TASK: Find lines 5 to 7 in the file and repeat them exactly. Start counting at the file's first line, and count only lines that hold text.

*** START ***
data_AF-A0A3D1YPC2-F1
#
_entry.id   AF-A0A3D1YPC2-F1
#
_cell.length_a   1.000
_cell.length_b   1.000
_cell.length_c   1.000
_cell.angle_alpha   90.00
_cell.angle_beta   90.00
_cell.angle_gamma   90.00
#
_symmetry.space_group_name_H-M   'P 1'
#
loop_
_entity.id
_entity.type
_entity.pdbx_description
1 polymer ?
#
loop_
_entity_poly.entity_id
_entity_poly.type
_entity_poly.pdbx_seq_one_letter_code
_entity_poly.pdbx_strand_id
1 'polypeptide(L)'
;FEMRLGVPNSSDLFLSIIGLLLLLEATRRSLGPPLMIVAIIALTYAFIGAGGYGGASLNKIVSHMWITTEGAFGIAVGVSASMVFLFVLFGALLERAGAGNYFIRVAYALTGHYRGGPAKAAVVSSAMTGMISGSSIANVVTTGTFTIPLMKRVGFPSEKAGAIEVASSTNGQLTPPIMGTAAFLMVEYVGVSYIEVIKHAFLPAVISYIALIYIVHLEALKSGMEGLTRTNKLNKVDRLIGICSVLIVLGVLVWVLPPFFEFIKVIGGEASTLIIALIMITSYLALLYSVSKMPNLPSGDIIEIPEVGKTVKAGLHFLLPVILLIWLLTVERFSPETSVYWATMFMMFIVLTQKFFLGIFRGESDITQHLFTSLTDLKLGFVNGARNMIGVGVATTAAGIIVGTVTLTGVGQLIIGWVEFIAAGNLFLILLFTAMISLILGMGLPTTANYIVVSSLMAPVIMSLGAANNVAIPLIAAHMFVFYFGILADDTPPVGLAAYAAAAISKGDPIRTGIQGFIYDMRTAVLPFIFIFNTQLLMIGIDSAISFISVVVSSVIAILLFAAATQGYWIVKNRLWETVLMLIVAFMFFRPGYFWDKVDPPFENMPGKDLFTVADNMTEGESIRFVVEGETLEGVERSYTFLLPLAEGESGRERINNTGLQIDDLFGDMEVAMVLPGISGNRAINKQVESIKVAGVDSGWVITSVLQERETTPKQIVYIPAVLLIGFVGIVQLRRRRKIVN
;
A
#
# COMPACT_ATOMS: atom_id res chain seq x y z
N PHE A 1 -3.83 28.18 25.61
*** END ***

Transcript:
_cell.length_a   1.000
_cell.length_b   1.000
_cell.length_c   1.000